The Survival of Haute Couture, in the 21st Century.

The Survival of Haute Couture, in the 21st Century.

Feb 2014

Christopher Mello

The Survival of Haute Couture, in the 21st Century.

Does the Art Form of Haute Couture Face Extinction?


To most Haute Couture is just a way of saying “I have the disposable income to spend thousands of dollars on a gown, wear it once and let it burry itself in my closet”, yet couture is a craft like none other. Firstly each piece is created by hand, with no machinery what so ever, not even for fastenings. The art is made to detail, meaning fit to measure, so it’s a custom fit for the client, made from only the finest, high quality fabrics known to man. Haute Couture is known as being derived from the Englishman, Charles Frederick Worth, whom built the Parisian Couture house known as Chambre Syndicale de la Couture Parisienne, which in other words means the Chamber of trade of the Parisian Couture. This school is located in France, where Couture all began, and was created as a form to help fashion houses find seamstresses and ateliers to hire- in order to keep the houses running the Couture lines.

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Although each work of art is hand made, with endless hours put into it, it’s hard to place a price tag on a priceless piece, which is made to last years to come. Yet with a price tag so high and a targeted market so, it’s quite foreseeable as to why fashion houses have dropped from over 106 to a remaining of 24 houses. Reasons that add on to the demise of couture are the strict rules, enforced by the Chambre de Commerce et D’industrie de Paris. Theses rules consist of; designs made-to-order for private clients, with one or more fittings, having an atelier in Paris the employs at least 15 staff members full-time, the house must have 20 full-time technical people in at least one atelier and lastly, every season the house must present a collection of a minimum of 50 original designs, consisting of both day and evening garments, both in the months on January and July each year.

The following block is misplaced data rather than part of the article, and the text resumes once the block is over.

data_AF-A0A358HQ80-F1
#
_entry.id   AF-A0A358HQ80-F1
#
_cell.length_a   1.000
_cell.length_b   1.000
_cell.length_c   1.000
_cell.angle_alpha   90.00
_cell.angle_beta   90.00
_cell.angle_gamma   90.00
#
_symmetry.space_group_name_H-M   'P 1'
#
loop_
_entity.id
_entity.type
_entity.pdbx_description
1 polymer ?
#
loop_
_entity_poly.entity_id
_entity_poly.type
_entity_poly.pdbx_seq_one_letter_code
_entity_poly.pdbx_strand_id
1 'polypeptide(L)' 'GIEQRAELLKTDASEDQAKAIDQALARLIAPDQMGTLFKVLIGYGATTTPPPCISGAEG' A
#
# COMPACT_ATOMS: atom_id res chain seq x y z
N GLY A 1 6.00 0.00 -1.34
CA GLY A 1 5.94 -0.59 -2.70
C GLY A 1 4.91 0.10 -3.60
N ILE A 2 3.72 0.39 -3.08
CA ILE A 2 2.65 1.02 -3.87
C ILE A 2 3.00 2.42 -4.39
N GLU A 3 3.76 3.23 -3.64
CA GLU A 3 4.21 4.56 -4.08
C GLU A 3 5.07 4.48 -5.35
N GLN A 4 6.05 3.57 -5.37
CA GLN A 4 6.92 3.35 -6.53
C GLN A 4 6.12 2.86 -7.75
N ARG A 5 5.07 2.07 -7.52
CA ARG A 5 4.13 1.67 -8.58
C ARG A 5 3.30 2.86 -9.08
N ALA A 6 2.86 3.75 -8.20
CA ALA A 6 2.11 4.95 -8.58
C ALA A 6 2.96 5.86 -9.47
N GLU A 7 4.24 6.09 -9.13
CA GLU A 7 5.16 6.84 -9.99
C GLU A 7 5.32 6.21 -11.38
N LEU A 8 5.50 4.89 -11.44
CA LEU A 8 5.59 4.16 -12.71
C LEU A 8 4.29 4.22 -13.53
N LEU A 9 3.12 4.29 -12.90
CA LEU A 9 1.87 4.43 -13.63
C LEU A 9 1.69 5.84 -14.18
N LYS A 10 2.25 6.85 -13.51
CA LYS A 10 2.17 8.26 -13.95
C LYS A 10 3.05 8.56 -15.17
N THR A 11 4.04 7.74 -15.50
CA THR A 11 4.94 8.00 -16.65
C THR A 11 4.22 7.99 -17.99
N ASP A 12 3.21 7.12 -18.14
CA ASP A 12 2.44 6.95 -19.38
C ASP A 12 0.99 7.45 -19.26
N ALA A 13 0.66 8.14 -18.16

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Since the creation of prêt-a-porter other wise known as ready-to-wear in 1980, the need and want for a Couture piece has faded from close to a million to now no more then 4, 000 buyers worldwide. As Haute Couture fades-some of the eldest houses such as Lanvin, Chanel and Christian Dior simply construct and reveal the pieces down the runway, not for sale, but out of sheer pleasure. Current designer houses argue back and forth and whether or not Couture will last. Designers such as Pierre Berge (former head of YSL- another house that does not create Couture anymore) state over and over “Haute Couture is a joke. Anyone who tells you it still matters is fantasizing. You can see it dropping dead all around you. Nobody buys it any more. The prices are ridiculous. The rules for making it are nonsensical. It belongs to another age. Where are today’s couturiers? A real couturier is someone who founds and runs his or her own house. No one does that anymore.” Rather Bernard Arnault (head of LVMH: which owns both Dior and Givenchy) disagrees “Haute couture is what gives our business its essential essence of luxury. The cash it soaks up is largely irrelevant. Set against the money we lose has to be the value of the image couture gives us. Look at the attention the collections attract. It is where you get noticed. You have to be there. It’s where we set our ideas in motion.”

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From battles geared towards both extinction and continuation of Couture, its uncertain as to whether or not the art form of Haute Couture will be preserved into the next 100 years to pass. What is certain is that there are still buyers, lovers of art- and ones that will always defend the ideal basics of where clothing originated from, being hand made, known as a long material wrapped around, then transitioning into a tunic, thus only growing from there. What we see today, are modern forms of art created into clothing, using 21st century technology like laser cutters, etc. Yet for certain this writer will continually preserve the love of hand made beauty, gazing upon the pieces as they parade down the runway every January and July.